Sterling silver - what makes the difference?

Sterlingsilber - was macht den Unterschied?

Silver has fascinated people for thousands of years because of its beauty and special shine. It reflects over 99.5% of the light that hits it, making it the whitest and brightest of all metals. Like all precious metals, it is particularly durable and stable, and does not corrode in air or water.

Alloying optimizes the properties

However, although pure silver is easy to form, similar to gold, it is also very soft and not very suitable as a precious metal for jewelry, coins or cutlery. In order to optimize its mechanical properties, especially its hardness, the very soft fine silver is usually alloyed ( fused ) with other metals. This creates silver alloys with different purity levels but significantly higher degrees of hardness. The most common alloys are 800, 835 and 925 silver. We only use 925 sterling silver with a purity of 92.5% silver and 7.5% copper. This very high-quality silver is one of the most beautiful jewelry metals, but also very demanding to process.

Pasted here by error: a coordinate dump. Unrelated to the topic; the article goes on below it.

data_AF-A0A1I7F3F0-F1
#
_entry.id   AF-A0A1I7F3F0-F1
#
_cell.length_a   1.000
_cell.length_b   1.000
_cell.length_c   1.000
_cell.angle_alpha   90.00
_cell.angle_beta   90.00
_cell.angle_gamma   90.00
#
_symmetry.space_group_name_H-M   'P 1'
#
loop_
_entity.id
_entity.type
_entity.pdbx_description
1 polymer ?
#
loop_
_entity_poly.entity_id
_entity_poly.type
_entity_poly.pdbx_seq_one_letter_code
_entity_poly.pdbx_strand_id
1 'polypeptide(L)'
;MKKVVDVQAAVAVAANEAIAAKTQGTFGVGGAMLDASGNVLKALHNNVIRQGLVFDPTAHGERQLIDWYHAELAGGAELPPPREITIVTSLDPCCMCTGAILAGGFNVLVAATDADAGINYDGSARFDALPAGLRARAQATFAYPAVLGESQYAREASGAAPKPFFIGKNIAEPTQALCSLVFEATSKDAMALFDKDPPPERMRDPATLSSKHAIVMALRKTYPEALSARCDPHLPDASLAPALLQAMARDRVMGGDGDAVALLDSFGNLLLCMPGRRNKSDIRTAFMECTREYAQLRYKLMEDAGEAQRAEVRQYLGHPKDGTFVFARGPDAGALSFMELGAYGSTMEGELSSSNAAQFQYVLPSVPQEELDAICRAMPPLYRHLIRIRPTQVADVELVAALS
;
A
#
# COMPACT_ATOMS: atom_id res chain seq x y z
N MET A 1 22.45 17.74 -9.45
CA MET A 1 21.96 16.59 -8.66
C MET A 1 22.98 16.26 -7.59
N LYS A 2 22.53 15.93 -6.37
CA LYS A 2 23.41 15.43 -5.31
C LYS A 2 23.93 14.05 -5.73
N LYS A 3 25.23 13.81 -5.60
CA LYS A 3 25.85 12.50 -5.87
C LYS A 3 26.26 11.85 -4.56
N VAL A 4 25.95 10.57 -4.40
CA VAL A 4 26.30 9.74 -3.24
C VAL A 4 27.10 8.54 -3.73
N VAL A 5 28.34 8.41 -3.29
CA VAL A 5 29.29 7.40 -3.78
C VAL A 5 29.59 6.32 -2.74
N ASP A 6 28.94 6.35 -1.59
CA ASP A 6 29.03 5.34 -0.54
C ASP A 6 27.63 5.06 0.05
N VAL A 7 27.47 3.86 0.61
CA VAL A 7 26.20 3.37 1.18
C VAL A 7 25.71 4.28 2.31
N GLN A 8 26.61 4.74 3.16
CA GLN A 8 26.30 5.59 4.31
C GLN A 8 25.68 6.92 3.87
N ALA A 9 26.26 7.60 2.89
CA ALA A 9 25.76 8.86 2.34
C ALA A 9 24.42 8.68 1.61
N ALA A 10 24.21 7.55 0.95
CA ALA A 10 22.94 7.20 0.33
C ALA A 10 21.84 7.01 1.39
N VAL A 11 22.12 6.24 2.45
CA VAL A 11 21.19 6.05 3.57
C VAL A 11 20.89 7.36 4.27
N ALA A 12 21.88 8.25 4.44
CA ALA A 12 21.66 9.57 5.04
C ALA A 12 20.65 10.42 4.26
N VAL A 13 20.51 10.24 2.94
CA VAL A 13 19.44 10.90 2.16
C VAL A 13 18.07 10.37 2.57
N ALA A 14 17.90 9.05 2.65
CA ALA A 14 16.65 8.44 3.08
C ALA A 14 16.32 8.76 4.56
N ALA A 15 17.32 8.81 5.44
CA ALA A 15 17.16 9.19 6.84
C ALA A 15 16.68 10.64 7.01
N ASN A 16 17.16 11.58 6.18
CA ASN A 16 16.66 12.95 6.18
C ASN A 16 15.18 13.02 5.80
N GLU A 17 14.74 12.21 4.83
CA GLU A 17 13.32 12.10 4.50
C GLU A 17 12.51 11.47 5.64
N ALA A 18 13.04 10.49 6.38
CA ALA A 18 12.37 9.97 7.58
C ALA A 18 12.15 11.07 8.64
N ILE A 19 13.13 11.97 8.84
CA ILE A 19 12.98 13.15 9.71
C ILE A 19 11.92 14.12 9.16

The origin of the name lies in England

Only the 925 silver alloy bears the name sterling silver, which is derived from the British pound sterling. Sterling silver was the metal of the early English silver pennies in the 12th century, which were also called sterling. This name was in turn a shortening of the word Easterling, which indicates the origin of these coins from mainland Europe (coming from the East). Today, the nickname sterling is only used to distinguish the British currency from the currencies of other nations that also use the word pound. However, the term sterling silver has remained for this high-quality and beautiful 925 silver alloy.

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